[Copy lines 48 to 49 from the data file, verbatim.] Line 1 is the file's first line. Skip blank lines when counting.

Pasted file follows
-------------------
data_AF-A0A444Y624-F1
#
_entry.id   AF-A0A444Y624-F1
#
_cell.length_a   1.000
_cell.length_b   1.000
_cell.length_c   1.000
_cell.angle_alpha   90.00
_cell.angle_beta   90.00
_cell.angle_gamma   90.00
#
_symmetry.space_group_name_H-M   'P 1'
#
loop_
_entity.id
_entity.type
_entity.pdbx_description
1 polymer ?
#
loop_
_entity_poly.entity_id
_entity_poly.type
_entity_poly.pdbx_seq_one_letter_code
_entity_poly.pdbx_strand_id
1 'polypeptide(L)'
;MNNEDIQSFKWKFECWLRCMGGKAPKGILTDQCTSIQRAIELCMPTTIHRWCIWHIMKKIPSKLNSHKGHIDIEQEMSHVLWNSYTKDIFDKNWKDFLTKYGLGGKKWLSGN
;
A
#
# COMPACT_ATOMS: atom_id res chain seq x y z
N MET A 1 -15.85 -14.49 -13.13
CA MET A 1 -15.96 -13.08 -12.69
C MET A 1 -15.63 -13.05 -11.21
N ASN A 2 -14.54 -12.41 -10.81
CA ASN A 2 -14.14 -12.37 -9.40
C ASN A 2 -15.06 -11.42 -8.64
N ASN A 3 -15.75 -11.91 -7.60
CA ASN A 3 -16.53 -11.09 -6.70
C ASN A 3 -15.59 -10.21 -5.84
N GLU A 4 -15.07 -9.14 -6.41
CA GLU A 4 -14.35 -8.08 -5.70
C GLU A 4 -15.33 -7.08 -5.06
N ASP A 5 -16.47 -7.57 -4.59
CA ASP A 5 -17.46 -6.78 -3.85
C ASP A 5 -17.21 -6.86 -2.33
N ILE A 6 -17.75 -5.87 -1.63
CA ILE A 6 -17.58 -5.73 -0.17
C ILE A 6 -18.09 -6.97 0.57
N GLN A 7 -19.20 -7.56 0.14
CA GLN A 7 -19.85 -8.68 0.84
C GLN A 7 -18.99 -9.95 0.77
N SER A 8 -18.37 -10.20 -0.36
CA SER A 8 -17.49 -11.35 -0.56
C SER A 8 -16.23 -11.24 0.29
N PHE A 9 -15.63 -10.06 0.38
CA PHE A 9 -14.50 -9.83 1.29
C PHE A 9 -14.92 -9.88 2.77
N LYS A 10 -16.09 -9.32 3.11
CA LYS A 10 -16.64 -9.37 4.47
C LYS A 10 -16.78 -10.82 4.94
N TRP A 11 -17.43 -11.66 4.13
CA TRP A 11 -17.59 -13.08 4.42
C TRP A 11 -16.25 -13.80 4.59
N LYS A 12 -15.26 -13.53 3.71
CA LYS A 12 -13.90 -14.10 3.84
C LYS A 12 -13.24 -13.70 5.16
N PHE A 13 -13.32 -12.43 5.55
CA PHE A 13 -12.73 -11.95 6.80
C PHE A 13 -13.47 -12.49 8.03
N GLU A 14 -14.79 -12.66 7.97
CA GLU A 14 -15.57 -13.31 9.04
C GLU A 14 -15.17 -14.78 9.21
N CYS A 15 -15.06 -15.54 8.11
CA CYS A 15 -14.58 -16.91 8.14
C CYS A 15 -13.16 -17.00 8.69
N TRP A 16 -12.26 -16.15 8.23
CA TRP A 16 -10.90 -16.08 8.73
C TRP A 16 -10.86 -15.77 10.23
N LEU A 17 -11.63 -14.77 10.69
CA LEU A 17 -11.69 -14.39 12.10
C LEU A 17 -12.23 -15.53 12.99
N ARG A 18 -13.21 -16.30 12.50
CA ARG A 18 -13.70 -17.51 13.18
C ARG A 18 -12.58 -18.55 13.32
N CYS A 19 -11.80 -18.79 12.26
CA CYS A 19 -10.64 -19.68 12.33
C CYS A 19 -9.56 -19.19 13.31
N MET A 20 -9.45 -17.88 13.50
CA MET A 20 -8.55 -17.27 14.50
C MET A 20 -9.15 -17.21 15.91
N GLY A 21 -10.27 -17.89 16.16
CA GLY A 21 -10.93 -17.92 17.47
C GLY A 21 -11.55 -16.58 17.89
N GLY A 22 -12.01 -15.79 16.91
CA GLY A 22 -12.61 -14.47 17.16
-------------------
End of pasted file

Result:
C ILE A 6 -18.09 -6.97 0.57
N GLN A 7 -19.20 -7.56 0.14